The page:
violating his conscience. About the year 1567, upon the recommencement of the troubles in France, M. du Plessis found himself under the necessity of quitting Paris, and retiring to Buhy. Having heard on his arrival that two of his maternal uncles were upon the point of taking up arms, he applied to his mother for her consent to his seiving under one of them, M. de Vardes, who was a colonel of light cavalry at the battle of St. Dennis After repeated refusals, she at length yielded to his solicitations, and he was proceeding towards the army, when his horse fell wish him; by which accident he broke both bones of his left leg. During the confinement necessary to his cure, he courted an acquaintance with the Muses, and composed a poem in French on the civil war, and some sonnets in praise of M. M. de Coligni, which he gave after the peace to cardinal Chastillon; and it is supposed that they were destroyed at the }; of his library in the following war. Puring the insidious peace which was signed in 1568, M. du Plessis commenced a design which he had formed of travelling into foreign countries, not only out of curiosity and a desire of improvement, but that he might make use of some baths, which it was hoped would contribute to the more perfect recovery of his crippled limb. He arrived at Geneva in the month of August, having with great difficulty and danger crossed the kingdom, as the towns were all filled with soldiers, and the passages guarded by parties inimical to those of the reformed religion. His stay at Geneva was very short, because the plague was then in the city: he therefore assed on through Switzerland, and went to Hj. in Germany. Here he resided with Emmanuel Tremellius, a man of great learning, and a very able Hebraist; and he presented letters of recommendation from cardinal Chastillon to the elector Palatine Frederic, who gave him a most gracious reception. In this place he began the study of the civil law, and in six months made himself so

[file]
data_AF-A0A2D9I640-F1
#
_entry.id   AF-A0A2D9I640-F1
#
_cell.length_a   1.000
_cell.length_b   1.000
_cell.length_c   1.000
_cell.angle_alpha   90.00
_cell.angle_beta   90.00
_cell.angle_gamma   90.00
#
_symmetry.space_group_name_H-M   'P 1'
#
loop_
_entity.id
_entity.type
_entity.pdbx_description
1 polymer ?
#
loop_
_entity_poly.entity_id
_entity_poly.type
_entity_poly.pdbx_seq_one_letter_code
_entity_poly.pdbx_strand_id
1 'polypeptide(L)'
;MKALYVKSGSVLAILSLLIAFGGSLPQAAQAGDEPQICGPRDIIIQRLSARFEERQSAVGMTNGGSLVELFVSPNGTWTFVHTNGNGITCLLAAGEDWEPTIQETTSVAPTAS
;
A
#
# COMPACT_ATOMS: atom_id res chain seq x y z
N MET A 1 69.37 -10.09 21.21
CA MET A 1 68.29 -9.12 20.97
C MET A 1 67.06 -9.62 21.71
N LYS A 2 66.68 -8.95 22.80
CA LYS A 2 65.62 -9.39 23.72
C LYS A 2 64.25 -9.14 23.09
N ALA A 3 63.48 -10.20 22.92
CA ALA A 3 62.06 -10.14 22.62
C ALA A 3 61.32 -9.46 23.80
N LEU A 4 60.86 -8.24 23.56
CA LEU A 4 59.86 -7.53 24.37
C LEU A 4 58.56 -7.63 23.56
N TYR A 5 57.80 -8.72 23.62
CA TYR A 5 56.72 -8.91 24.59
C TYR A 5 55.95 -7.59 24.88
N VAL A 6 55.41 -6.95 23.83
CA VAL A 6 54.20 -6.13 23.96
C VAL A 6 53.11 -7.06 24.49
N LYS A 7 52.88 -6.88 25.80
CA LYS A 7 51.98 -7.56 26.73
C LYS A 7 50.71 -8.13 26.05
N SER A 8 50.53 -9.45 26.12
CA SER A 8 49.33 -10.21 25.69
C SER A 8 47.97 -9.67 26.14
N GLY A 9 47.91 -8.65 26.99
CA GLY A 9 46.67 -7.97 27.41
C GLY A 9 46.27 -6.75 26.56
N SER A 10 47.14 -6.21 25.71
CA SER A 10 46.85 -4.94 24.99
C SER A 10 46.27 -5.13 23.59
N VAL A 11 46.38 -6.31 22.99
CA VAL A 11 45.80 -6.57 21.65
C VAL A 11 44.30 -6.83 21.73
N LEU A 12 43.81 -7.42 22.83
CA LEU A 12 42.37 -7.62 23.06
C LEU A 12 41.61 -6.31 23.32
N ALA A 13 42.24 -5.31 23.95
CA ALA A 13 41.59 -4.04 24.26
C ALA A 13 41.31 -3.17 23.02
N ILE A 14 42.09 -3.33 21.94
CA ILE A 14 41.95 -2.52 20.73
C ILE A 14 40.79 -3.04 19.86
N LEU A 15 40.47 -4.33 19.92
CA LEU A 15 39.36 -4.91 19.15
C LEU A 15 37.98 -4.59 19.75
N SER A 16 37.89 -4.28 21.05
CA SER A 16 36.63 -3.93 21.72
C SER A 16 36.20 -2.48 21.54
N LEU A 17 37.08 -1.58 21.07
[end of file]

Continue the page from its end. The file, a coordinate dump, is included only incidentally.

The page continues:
far acquainted with the German language, as to be able to read and understand all sorts of books written in it. In the year 1569, M. du Plessis went to Francfort, where he became acquainted with M. Languet, a very learned and pious man, and accomplished statesman, who had been employed on embassies to most of the princes of Europe. This gentleman conceived a strong affection for our young traveller, to whom he gave instructions for his future tours; and when he found that he was going to Italy, furnished him with recommendatory letters to M. de Foix, the French ambassador at Venice, and to many other public men. M. du Plessis made some stay at Padua, for the purpose of improving himself in the study of the civil law ; and while he continued there, he usually spent his evening hours of relaxation at the botanical garden, making himself acquainted with the nature and names of plants and flowers. At the same time he read the greatest part of the Bible, in the original Hebrew, under a learned rabbi. From Padua he went to Venice, where he became acquainted with his learned countryman Francis Perrot de Mezieres, who had been employed on several embassies into the East; and from his conversations with him, he became very desirous of making a tour into those parts of the world; but, owing to the war which then existed between the Turks and Venetians for the island of Cyprus, it was not possible for him to pass the boundaries of Istria and Dalmatia with any degree of safety. He, therefore, relinquished the design of visiting the East. In 'e year 1571, M. du Plessis went from Venice to Rome, where he was exposed to some danger on account of his religion, as he had also been at the former place; and from Rome he returned to Venice through Tuscany, the republic of Genoa, Piedmont, and Lombardy. From Venice he extended his tour to Vienna, and from thence by a circuit through Hungary, Bohemia, Misnia, Saxony, Thuringia, Hesse, Franconia, and the Palatinate to Cologne, where he spent the winter. In 1572, he visited Flanders, and passed over into England, where the fame of his knowledge and accomplishments had preceded him, and he met with a gracious reception from queen Elizabeth, whose courtiers vied with each other in the attention which they paid him. During the course of these travels M. du Plessis, though a very young man, never suffered himself to be seduced by an indulgence to his pleasures, from making such in